Figuring out how one X-chromosome is silenced
Researchers now know how one of two X-chromosomes is silenced (turned off) during the development of female human embryos. Also, as well, in lab-grown human stem cells. Turning off one X-chromosome is essential in embryo development to avoid duplicated messages.
Female cells have two X-chromosomes. One X-chromosome is shut down in the earliest stages of embryo development to prevent duplicated expression (turning on) of genes from both X chromosomes.
Previous research on mouse embryos shows that a long RNA molecule called XIST actually coats regions of the turned off (silenced) DNA on the extra X chromosome, suppressing its function. However, even though XIST is turned on and functioning in human embryos, the human second X chromosome isn't silenced — until a few days later.
The difference in mouse and human embryos suggests that XIST doesn't fulfill the same role in humans as it does in mice. And, it was unclear why.
Researchers at the Paris Diderot University, Institute Curie and the Babraham Institute report in Cell Stem Cell that a second long RNA molecule, XACT — only found in humans — accumulates along with XIST on active X-chromosomes in embryos.
Unspecialised 'naïve' human embryonic stem cells show the same pattern of XACT and XIST accumulation on active X-chromosomes. This epigenetic feature of embryo development is also preserved in human stem cells cultured in the laboratory.
The two RNAs — XACT and XIST — do not overlap. Each occupies large and distinct territories on the X.
By monitoring XACT activity in stem cells, researchers believe there could be an antagonistic mechanism between XIST and XACT that controls the X-chromosome. That interplay might explain why XIST cannot shut down the X-chromosome until XACT is reduced in amount at later stages in embryo development.
"This important paper might provide the long sought-after explanation for why XIST appears unable to trigger X-chromosome inactivation during the earliest stages of human development.
"It exemplifies that mechanisms of epigenetic regulation can vary substantially between species, and that long RNA molecules can contribute to these variations."
Peter Rugg-Gunn PhD, Epigenetics Programme, The Babraham Institute, Cambridge, UK; Wellcome Trust – Medical Research Council Cambridge Stem Cell Institute, and Center for Trophoblast Research, University of Cambridge, Cambridge, UK, and research group leader.
XACT and XIST simultaneously coat active X chromosomes in human embryos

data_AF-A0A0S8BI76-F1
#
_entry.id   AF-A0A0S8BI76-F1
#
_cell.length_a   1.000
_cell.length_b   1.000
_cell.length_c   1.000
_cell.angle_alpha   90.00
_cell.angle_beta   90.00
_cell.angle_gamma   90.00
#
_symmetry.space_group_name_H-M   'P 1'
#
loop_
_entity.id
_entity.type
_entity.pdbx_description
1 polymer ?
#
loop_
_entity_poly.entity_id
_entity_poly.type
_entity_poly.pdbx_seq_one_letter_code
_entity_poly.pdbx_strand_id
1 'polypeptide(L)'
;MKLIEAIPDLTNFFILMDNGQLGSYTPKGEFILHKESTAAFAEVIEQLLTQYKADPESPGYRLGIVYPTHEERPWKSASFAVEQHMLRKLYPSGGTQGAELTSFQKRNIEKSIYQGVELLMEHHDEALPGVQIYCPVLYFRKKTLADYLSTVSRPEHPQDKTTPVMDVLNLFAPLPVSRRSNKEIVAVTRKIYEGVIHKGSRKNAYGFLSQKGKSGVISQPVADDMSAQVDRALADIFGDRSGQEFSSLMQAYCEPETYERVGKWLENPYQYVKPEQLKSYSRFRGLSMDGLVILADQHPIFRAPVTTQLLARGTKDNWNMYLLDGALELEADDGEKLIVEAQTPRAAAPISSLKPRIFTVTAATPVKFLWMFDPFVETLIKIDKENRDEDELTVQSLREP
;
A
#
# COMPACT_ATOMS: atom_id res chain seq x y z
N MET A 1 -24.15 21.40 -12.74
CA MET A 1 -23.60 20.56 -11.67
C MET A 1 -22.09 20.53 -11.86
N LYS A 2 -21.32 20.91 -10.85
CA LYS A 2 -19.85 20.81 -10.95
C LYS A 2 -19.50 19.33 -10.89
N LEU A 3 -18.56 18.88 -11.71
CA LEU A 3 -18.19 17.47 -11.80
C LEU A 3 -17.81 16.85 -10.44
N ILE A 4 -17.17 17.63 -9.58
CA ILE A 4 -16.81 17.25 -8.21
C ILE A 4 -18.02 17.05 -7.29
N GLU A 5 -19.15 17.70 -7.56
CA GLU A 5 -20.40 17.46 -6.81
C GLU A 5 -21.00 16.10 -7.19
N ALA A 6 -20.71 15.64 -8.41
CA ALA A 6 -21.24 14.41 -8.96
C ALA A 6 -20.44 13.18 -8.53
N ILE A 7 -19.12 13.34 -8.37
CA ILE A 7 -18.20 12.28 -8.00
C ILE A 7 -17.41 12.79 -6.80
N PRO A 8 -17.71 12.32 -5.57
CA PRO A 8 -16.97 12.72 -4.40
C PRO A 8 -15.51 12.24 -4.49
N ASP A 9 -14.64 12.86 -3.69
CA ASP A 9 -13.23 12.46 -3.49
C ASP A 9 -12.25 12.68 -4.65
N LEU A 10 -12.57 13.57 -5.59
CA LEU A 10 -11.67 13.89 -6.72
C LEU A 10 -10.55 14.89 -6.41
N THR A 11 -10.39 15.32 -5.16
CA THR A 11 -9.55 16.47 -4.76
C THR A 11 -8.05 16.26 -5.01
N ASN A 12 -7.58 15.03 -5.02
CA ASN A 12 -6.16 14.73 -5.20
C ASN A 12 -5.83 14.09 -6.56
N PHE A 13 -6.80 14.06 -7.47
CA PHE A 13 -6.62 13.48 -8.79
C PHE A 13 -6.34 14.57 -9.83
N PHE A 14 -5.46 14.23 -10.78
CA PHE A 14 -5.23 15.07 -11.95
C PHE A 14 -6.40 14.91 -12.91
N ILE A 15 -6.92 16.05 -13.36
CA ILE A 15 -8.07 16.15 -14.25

•Naive hESCs capture the pre-inactive state with XIST and XACT co-accumulation
•XIST adopts a dispersed configuration in pre-inactive cells in vitro and in vivo
•XACT prevents XIST accumulation in cis in a mouse heterologous system
Sex chromosome dosage compensation is essential in most metazoans, but the developmental timing and underlying mechanisms vary significantly, even among placental mammals. Here we identify human-specific mechanisms regulating X chromosome activity in early embryonic development. Single-cell RNA sequencing and imaging revealed co-activation and accumulation of the long noncoding RNAs (lncRNAs) XACT and XIST on active X chromosomes in both early human pre-implantation embryos and naive human embryonic stem cells. In these contexts, the XIST RNA adopts an unusual, highly dispersed organization, which may explain why it does not trigger X chromosome inactivation at this stage. Functional studies in transgenic mouse cells show that XACT influences XIST accumulation in cis. Our findings therefore suggest a mechanism involving antagonistic activity of XIST and XACT in controlling X chromosome activity in early human embryos, and they highlight the contribution of rapidly evolving lncRNAs to species-specific developmental mechanisms.
This research was funded through grants provided to Dr Peter Rugg-Gunn by the Wellcome Trust and the Medical Research Council (MRC). The Babraham Institute is strategically funded by the Biotechnology and Biological Sciences Research Council (BBSRC).
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Dec 26, 2016 Fetal Timeline Maternal Timeline News News Archive
There could be antagonism between 2 molecules — XIST and XACT in humans — that controls
when the second X-chromosome in female humans is turned off. Mice — used
as control animals
in place of humans — do not have the same mechanism. The XIST and XACT antagonism might
explain why XIST cannot shut off the second female X-chromosome until the amount of XACT
is reduced during later stages of the first three months of human embryo development.
Image Credit: Mouse, Public Domain; baby licensened: MouseWorks Inc.